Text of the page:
'Be all you can be' works for black soldiers
Enlisting in the Army raises earnings for blacks, writes Jeff Murray, citing a new study.
Army Service in the All-Volunteer Era by West Point's Kyle Greenberg draws on 30 years of data. It compares applicants who scored just above or just below two cutoff points (31 and 50) on the Armed Forces Qualification Test (AFQT). Most were young men from families with a lower-than-average income.
For all recruits, enlisting increases average earnings over the next 19 years, but the effects fade after 11 years, the study found. Over the long term, those who served aren't more likely to be employed, but they are more likely to have attended college. Army service "had no impact on mortality," but veterans were more likely to receive disability payments.
The upward mobility effect was weak for whites, very strong for blacks. Blacks enlistees earned $5,500 more annually at the lower cutoff, $15,000 more at the higher cutoff 11 to 19 years later. They were more likely marry and own their own homes.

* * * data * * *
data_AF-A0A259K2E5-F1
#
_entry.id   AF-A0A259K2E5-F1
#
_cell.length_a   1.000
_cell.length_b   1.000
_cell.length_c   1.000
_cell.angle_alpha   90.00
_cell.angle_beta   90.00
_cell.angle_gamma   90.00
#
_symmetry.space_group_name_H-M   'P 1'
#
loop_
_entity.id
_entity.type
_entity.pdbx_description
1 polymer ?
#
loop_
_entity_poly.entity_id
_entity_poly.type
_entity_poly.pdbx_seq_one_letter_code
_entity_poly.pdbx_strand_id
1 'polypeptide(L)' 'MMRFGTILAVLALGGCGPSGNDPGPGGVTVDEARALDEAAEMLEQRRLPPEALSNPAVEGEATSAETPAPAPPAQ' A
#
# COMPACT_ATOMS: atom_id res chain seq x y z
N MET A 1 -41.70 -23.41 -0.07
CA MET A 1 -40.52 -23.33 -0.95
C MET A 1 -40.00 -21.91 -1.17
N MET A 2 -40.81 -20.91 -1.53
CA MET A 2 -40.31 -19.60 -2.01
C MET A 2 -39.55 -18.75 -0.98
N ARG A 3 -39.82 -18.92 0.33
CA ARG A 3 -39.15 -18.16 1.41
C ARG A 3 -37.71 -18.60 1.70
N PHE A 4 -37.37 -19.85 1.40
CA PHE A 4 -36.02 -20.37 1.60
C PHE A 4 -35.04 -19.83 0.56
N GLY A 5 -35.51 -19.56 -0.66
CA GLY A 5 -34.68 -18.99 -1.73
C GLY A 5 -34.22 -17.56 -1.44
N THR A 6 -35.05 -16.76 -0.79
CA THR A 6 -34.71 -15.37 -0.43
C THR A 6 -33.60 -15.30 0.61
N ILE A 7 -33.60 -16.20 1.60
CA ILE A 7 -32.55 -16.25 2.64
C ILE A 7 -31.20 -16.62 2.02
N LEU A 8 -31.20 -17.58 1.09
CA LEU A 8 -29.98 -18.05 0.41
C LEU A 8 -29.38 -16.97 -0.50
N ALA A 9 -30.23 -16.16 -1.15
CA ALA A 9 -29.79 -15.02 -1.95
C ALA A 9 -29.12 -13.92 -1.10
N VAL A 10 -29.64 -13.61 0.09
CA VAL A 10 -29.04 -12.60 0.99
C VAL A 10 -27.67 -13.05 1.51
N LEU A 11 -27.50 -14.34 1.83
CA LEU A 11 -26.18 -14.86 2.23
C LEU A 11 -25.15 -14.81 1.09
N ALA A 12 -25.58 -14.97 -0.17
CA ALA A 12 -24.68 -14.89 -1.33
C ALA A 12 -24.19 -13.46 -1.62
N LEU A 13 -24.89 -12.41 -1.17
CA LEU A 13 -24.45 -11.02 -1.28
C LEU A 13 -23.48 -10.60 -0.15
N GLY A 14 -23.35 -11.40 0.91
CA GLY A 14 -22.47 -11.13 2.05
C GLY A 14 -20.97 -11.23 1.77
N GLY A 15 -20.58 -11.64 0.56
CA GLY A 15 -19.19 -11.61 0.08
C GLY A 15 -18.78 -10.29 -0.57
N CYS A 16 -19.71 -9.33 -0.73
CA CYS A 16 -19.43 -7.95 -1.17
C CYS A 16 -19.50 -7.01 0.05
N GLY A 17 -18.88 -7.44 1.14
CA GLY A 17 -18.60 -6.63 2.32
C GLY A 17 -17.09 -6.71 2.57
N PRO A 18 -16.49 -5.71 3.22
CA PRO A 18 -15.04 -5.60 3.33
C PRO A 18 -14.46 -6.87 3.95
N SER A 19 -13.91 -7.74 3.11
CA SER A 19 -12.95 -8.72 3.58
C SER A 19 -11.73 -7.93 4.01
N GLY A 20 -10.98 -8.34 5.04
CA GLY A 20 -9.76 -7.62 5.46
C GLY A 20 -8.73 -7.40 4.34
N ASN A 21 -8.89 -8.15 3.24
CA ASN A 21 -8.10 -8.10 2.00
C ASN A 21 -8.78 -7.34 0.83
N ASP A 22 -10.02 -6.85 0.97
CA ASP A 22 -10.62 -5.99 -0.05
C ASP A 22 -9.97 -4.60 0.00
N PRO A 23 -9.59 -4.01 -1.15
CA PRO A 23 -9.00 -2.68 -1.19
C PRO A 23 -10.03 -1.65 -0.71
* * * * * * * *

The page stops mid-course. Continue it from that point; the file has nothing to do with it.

Blacks served longer than whites, Murray notes. That seems to have paid off. Nineteen years after taking the AFQT, they were more likely to work in "high-paying industries and/or public service jobs."
Some high schools -- typically those with lots of low-income, non-white students -- place all students in JROTC classes, reports the New York Times. Principals say students learn leadership and teamwork -- and the school doesn't have to pay for a PE teacher.